Tag: strategy

Help Me Help You: Social Media Education

Are you a resource on your campus for all things social media?

Yes? Let’s brainstorm about how we can best react to and assist people on campus who come to us to ask for guidance with some ideas they have.

No? Let’s pretend. Play along with us here — the more collaborative minds we put together, the better.

The primary purpose of this post is to flesh out  the best response to this type of question:

“I want to create a Facebook Page for my [department/program/event/service] and thought I should probably coordinate that with you. Where should I start?”

I understand this may not be as likely to happen on larger campuses as it is in small to mid-size campuses. The point of posing this question is to talk through the best ways we can help educate and partner with people on campus who want to embrace social media.

I usually start with this first question:  Who is your audience?

Then I move to:  What are your department’s/program’s/event’s/service’s goals? Let’s start with the end result and work backwards.

Spokes in the marketing wheel by Rachel ReubenNext, I tell them social media may or may not be the best tool for them to use. This usually stumps them. Yes, I present at a bunch of conferences on social media. Yes, I did a research paper on the use of social media in higher education. Yes, I’m an active user of many social networking sites. However, as I say in just about every presentation I give — social media is not the be all end all. It is just one spoke in our marketing wheel. It may or may not be the right tool to use for a particular department/program/event/service — it all depends on your audience and your goal(s). It can be a very powerful medium that can reach very targeted audiences, but may not be the right tool for every audience and strategy.

“But I want my event to go viral.”

Just because you want something to go viral doesn’t mean it will. It takes a dose of effort and a pinch of luck, along with a powerful strategy and commitment, to really make this work.

Let’s keep exploring. Next steps:

  • Educate them about the art of listening. Chris Brogan has a great post I regularly point people to — “Grow Bigger Ears in 10 Minutes.” In addition, Kyle James wrote a post about monitoring your online identity that provides additional ideas and details. Listening first gives you a sense of what is being said about your department/program/event/service. It may also give you further ideas for content generation (see next step), and gives you an opportunity to join in existing conversations.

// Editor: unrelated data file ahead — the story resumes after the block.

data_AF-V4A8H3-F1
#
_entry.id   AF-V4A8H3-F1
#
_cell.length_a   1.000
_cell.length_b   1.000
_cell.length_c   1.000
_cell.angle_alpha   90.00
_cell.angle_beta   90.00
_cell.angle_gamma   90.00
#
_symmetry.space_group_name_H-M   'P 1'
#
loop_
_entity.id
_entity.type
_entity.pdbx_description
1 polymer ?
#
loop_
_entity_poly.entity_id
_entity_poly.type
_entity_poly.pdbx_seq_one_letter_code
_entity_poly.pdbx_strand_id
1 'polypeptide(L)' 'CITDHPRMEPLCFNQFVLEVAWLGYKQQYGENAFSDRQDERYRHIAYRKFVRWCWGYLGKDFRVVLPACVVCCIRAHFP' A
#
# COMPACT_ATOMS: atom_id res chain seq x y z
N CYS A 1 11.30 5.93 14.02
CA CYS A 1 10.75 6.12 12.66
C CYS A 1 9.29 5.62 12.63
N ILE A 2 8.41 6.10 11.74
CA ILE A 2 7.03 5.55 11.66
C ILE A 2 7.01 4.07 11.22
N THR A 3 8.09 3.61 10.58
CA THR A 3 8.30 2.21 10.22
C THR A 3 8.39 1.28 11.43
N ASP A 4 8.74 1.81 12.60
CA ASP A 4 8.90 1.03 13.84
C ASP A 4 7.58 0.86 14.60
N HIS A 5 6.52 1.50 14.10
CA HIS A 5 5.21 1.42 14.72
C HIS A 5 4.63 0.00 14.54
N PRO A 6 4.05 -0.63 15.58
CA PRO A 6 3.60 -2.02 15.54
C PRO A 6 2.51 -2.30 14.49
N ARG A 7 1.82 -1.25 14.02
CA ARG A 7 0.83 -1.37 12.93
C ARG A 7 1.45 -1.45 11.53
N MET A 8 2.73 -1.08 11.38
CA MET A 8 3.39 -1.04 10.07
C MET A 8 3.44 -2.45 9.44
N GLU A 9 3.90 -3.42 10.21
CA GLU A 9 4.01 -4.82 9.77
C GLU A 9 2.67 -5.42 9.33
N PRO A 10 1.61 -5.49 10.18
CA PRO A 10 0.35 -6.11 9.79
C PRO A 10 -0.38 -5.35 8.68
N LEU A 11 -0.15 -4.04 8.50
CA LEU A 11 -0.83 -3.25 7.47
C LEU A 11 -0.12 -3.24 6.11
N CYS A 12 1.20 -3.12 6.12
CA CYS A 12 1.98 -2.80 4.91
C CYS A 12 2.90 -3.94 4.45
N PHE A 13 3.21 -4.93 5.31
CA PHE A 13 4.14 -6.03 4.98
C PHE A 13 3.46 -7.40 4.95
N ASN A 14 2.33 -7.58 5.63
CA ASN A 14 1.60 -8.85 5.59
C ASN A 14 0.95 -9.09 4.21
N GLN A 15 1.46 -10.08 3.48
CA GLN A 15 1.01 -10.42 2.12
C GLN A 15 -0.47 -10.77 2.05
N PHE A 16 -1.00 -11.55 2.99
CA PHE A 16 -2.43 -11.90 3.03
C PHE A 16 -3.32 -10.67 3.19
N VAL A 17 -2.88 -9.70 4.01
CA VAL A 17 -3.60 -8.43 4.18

• Content issues: Where will the content come from? Who will be responsible for maintaining your content and your presence? How will you engage your audience? Having a presence is not nearly enough – you must commit to fresh content that would be of interest to your audience.
  • Integration: How will you integrate this effort through the other mediums in your marketing wheel? Things to consider — mentioning in e-mail newsletters, e-mail signatures, print publications, ads, Web sites, blogs, admission tours, etc.
  • Measurement: How will you measure if your effort is successful? Were goals achieved? Is having a dollar value ROI important? (If so, see Karlyn’s presentation on Eye On the Prize.) While there is great value in calculating ROI, I also like to focus on the “I” as “influence” — looking at the long tail effect. For example, in our Café New Paltz community for fall 2009 accepted students, I’m interested in tracking the different impacts on student service offices from their typical routine and schedule over the summer and early fall. Students in this community were figuring out as early as January who they wanted to room with, instead of waiting and scrambling during Orientation in July, taking a load off Residence Life and Student Development staff from what they’re normally used to that time of the year. Students are asking questions earlier about paying bills, setting up meal plans, and how to accept financial aid packages. There likely won’t be as big of a rush in these offices at the end of August, as we’ve been answering their questions months earlier. How else can you measure your success? I posted some other ideas in “Café New Paltz: A Yielding Success” that might give you some additional ideas. 

What steps did I miss? Do you have other strategies you employ when faced with a similar question? Do you make an concerted effort to coordinate all of the individual social media outposts on your campus, or just concern yourself with the big picture presence?

Creating an exclusive online community for fall 2009 accepted students

A couple of weeks ago I argued reasons why it might be more effective to piggyback on existing strategies that exist at your institution rather than create a stand alone social media strategy. In this post I alluded to considering your Facebook Fan Page like a Cafe, which was inspired by Chris Brogan’s post entitled, “Cafe-Shaped Conversations.” After putting the two together, and brainstorming with some colleagues, we came up with “Cafe New Paltz,” an exclusive online community for fall 2009 accepted students. We’re using Ning and will launch this on January 2.

Cafe New Paltz

I teamed up with a colleague in our Office of Undergraduate Admission (Shana), who I’ve worked closely with on our Facebook Fan Page over the last year, among other eRecruiting-related initiatives, as well as my graduate assistant. My Senior Web Producer has an uncanny way of seeing inside my head and making my visions become a design reality (see graphic on right).

The idea Shana and I pitched her boss builds on their strategy to increase the academic quality of our incoming fall 2009 student body. There are more specific goals within that overall theme that I’m not going to disclose here, but this is a trend we’ve been working on for many years.